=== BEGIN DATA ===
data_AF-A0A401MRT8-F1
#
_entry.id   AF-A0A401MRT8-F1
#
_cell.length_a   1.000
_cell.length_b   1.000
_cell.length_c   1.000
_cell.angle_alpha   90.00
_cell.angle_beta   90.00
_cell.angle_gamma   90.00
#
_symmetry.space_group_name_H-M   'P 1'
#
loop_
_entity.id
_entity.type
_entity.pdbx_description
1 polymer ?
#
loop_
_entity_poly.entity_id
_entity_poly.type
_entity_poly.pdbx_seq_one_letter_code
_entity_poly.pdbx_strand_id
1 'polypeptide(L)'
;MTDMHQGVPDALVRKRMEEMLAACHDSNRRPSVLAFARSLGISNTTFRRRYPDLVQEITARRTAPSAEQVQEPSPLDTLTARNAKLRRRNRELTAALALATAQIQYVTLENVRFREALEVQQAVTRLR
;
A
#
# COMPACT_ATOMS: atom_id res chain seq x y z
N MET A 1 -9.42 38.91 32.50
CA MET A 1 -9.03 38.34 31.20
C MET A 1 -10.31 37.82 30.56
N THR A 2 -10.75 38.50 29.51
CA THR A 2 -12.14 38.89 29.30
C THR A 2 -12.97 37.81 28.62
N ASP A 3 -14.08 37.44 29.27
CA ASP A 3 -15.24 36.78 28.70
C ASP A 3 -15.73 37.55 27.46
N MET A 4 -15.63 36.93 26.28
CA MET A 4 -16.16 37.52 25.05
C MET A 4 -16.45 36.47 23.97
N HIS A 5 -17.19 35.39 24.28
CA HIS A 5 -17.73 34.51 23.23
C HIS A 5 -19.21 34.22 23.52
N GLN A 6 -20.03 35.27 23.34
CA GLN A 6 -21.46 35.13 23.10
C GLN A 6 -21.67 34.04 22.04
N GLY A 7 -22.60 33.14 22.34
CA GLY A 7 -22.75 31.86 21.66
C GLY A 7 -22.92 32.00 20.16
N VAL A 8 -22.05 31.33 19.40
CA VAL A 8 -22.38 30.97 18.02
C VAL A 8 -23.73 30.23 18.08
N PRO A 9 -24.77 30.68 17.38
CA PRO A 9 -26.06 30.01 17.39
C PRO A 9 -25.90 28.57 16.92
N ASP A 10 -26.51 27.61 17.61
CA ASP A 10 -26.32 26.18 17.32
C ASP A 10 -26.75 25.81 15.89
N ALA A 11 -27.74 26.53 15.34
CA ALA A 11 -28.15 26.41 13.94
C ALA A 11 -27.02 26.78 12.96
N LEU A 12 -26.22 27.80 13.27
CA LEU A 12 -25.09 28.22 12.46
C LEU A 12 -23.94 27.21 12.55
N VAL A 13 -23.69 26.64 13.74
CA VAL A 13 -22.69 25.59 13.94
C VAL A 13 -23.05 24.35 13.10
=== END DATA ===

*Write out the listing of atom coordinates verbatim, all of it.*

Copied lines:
data_AF-A0A401MRT8-F1
#
_entry.id   AF-A0A401MRT8-F1
#
_cell.length_a   1.000
_cell.length_b   1.000
_cell.length_c   1.000
_cell.angle_alpha   90.00
_cell.angle_beta   90.00
_cell.angle_gamma   90.00
#
_symmetry.space_group_name_H-M   'P 1'
#
loop_
_entity.id
_entity.type
_entity.pdbx_description
1 polymer ?
#
loop_
_entity_poly.entity_id
_entity_poly.type
_entity_poly.pdbx_seq_one_letter_code
_entity_poly.pdbx_strand_id
1 'polypeptide(L)'
;MTDMHQGVPDALVRKRMEEMLAACHDSNRRPSVLAFARSLGISNTTFRRRYPDLVQEITARRTAPSAEQVQEPSPLDTLTARNAKLRRRNRELTAALALATAQIQYVTLENVRFREALEVQQAVTRLR
;
A
#
# COMPACT_ATOMS: atom_id res chain seq x y z
N MET A 1 -9.42 38.91 32.50
CA MET A 1 -9.03 38.34 31.20
C MET A 1 -10.31 37.82 30.56
N THR A 2 -10.75 38.50 29.51
CA THR A 2 -12.14 38.89 29.30
C THR A 2 -12.97 37.81 28.62
N ASP A 3 -14.08 37.44 29.27
CA ASP A 3 -15.24 36.78 28.70
C ASP A 3 -15.73 37.55 27.46
N MET A 4 -15.63 36.93 26.28
CA MET A 4 -16.16 37.52 25.05
C MET A 4 -16.45 36.47 23.97
N HIS A 5 -17.19 35.39 24.28
CA HIS A 5 -17.73 34.51 23.23
C HIS A 5 -19.21 34.22 23.52
N GLN A 6 -20.03 35.27 23.34
CA GLN A 6 -21.46 35.13 23.10
C GLN A 6 -21.67 34.04 22.04
N GLY A 7 -22.60 33.14 22.34
CA GLY A 7 -22.75 31.86 21.66
C GLY A 7 -22.92 32.00 20.16
N VAL A 8 -22.05 31.33 19.40
CA VAL A 8 -22.38 30.97 18.02
C VAL A 8 -23.73 30.23 18.08
N PRO A 9 -24.77 30.68 17.38
CA PRO A 9 -26.06 30.01 17.39
C PRO A 9 -25.90 28.57 16.92
N ASP A 10 -26.51 27.61 17.61
CA ASP A 10 -26.32 26.18 17.32
C ASP A 10 -26.75 25.81 15.89
N ALA A 11 -27.74 26.53 15.34
CA ALA A 11 -28.15 26.41 13.94
C ALA A 11 -27.02 26.78 12.96
N LEU A 12 -26.22 27.80 13.27
CA LEU A 12 -25.09 28.22 12.46
C LEU A 12 -23.94 27.21 12.55
N VAL A 13 -23.69 26.64 13.74
CA VAL A 13 -22.69 25.59 13.94
C VAL A 13 -23.05 24.35 13.10